Brits have been taking out personal loans for decades – to go on a well deserved holiday, to refurbish their houses, to buy their first cars. But how many people are doing it exactly? And is it more expensive now than it was 15 years ago?
Personal loans are a type of unsecured loan, in other words, a loan granted based on factors such as a person’s income and credit score, rather than being backed by anything concrete. In our report below, you’ll find exact figures from the Bank of England relating to these loans, spanning over the past 25 years. The charts and tables below contain the most recent available data, as at the start of each month.
The chart above shows the total amount of money being lent via unsecured loans in the UK each month for personal loans, dealership car finance, short term loans and credit cards. This monthly total has been generally increasing since the start of this dataset in 1993, despite decreasing between 2004 and 2010. In 2017, a total of £191 billion was lent, an increase of 31% compared to 2012 when £146 billion was lent in total.
In 2019, the total value of unsecured loans was at its highest ever recorded, at £208 billion. Two years later in 2020, a dip emerged due to the coronavirus pandemic, and the amount of money being lent dropped to the lowest rates since 1998. Between January and June 2020, £77 billion was lent out in total. Note that these figures don’t include student loans.
Quarterly personal loan write-offs
The amount of personal debt being written off has been relatively low in recent years. The most extreme year for write-offs was after the financial crisis in 2008-2009 when £3.75 billion was written off in total in 2010. After 2010, the write-off trend started to decrease. In 2017, only £610 million was written off.
In 2019, £1.58 billion was written off, and in the first half of 2020, a mere £390 million has been written off. If this trend continues for the rest of the year, it might be the first year since 2017 where the value of write-offs is below £1 billion.
The interest that is charged on personal loans has varied wildly over the years, with the interest rates on £10,000 loans being consistently lower than those on £5,000 loans.
£5,000 loans reached their peak interest rates in 2012, with an average of 13.2%. In 2017, the average was over a third lower at 8.4%.
Interest rates at the moment are historically low. The rate for £5,000 loans is currently at 7.80% and it’s been at an average of 7.86% for all of 2020. In 2019, the average was slightly lower at 7.84%, the lowest rate in over a decade.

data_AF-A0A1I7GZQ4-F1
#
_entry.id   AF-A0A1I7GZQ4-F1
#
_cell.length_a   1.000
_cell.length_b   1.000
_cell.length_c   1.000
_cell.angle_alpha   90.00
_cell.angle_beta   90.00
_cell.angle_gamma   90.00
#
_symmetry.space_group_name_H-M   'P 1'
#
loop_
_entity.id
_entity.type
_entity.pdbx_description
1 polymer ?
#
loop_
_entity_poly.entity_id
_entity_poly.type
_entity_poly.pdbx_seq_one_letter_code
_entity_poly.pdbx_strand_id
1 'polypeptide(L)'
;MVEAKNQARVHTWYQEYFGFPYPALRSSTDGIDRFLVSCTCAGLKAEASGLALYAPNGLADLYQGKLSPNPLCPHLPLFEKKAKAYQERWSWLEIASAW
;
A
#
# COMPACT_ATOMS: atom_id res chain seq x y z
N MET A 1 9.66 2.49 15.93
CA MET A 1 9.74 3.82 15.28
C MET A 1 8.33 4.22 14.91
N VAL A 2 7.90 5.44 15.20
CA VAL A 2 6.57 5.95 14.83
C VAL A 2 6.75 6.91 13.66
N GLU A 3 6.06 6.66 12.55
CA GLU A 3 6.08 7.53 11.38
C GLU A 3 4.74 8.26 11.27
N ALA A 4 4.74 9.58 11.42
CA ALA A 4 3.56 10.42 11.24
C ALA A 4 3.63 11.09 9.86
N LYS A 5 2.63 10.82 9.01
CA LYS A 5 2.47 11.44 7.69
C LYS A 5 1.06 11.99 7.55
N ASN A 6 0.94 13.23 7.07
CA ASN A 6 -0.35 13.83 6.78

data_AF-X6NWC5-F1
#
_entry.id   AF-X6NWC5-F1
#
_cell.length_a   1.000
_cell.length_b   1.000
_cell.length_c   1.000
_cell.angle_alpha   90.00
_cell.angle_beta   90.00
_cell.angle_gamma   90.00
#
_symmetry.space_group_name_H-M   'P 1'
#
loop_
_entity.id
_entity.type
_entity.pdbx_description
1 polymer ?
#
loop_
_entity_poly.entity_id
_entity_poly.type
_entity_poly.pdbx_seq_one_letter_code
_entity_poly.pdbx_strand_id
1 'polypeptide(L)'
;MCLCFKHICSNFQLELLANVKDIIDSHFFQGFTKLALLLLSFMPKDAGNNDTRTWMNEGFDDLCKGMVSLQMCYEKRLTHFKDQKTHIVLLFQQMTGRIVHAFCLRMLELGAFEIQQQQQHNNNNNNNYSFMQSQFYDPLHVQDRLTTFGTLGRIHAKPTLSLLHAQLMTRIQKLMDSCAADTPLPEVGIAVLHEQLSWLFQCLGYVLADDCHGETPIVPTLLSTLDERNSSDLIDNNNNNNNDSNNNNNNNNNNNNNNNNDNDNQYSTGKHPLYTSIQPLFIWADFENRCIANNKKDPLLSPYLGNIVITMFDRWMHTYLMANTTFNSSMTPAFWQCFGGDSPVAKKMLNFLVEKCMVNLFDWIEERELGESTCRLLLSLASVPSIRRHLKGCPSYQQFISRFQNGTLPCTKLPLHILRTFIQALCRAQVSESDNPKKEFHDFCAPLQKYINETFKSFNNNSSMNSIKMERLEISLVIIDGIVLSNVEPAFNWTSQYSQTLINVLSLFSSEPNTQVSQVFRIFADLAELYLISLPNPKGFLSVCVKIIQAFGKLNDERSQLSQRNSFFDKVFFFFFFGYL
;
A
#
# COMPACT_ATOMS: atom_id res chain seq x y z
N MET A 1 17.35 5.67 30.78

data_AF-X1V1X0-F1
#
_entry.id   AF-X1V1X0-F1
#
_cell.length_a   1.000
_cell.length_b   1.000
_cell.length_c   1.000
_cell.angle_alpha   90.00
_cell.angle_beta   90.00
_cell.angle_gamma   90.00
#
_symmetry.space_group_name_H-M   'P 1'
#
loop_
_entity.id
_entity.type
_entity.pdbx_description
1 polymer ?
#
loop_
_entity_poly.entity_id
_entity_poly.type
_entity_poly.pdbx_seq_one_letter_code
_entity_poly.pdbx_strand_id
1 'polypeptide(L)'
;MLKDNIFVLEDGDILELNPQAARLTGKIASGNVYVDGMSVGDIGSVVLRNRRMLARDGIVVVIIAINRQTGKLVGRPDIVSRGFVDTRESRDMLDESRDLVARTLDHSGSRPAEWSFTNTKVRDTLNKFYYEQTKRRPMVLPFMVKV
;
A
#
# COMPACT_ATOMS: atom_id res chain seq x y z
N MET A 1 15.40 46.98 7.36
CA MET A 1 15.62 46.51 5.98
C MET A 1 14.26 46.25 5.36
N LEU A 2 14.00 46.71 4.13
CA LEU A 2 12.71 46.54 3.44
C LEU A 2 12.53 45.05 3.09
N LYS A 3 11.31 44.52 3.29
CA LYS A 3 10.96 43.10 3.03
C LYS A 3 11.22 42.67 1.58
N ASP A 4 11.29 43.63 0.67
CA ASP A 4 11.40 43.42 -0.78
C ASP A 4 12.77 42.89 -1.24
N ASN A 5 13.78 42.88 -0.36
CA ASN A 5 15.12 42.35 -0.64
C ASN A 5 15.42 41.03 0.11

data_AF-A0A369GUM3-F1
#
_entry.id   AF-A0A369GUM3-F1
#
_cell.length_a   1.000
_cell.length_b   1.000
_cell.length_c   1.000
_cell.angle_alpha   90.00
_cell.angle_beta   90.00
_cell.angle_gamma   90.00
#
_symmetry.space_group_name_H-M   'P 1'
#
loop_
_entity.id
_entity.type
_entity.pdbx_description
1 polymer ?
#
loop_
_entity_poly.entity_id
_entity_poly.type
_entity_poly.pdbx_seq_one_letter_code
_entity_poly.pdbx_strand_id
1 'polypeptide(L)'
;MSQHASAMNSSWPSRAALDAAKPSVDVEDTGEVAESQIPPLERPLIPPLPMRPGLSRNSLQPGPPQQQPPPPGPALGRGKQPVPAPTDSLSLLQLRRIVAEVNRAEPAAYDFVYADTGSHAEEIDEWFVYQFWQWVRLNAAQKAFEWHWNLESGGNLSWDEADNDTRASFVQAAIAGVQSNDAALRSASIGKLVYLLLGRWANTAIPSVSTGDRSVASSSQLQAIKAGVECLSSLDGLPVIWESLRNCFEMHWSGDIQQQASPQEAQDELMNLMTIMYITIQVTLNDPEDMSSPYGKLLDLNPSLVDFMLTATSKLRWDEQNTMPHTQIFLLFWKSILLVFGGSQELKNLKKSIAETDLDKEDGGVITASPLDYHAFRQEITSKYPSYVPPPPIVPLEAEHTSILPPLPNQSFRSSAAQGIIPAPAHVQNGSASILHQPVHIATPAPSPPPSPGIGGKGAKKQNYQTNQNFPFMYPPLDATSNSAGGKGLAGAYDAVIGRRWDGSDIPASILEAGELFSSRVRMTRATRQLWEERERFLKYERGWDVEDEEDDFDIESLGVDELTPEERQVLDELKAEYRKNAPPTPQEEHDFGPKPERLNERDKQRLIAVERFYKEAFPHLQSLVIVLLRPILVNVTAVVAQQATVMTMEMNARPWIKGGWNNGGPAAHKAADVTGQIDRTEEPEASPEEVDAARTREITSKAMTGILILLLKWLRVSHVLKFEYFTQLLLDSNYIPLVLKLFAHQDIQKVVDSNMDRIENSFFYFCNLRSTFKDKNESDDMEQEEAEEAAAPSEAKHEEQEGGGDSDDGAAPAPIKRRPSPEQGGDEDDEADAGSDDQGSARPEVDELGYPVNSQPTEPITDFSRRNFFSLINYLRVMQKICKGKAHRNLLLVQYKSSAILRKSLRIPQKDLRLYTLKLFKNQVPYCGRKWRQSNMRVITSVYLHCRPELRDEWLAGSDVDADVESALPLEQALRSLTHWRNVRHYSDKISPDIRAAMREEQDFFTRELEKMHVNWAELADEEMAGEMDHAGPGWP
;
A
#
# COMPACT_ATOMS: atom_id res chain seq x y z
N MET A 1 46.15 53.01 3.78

Average interest rates for £10,000 loans are the lowest they’ve ever been as well. Since October 2016, they’ve stayed under 4%, and in 2020, the average interest rate is 3.53%. This is 55% lower than the rate’s peak in 2012, when it averaged 7.76%.
Postcode areas with the highest amount of personal loans per person
The areas with the largest populations will typically have the highest outstanding amount of personal loans. However, by looking deeper into the data, you can reveal a different story on a per capita basis.
Which regions have the highest amount of outstanding personal loans?
We looked into how much each region in the UK owes in personal debt. London is unsurprisingly in the lead, with over £6 billion in outstanding personal loans. The South East follows closely in second with over £5.7 billion outstanding. The North East has the smallest amount of personal loan debt, with just under £1.6 billion.
A decade in personal loans: Yearly figures 2010-2020
Have a look at the table below to compare average interest rates, total amount lent per year and total write-offs for the past decade.
Total amount lent
Average interest rate, £5,000 loans
Average interest rate, £10,000 loans
The Bank of England
The Money Charity
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Matt Mckenna Head of UK communications T: +44 20 8191 8806
Chris Lilly is a publisher at finder.com. He's a specialist in credit-based products including business and personal loans, mortgages and credit cards, and is passionate about helping UK consumers make informed decisions about their borrowing. In his spare time Chris likes forcing his kids to exercise more.
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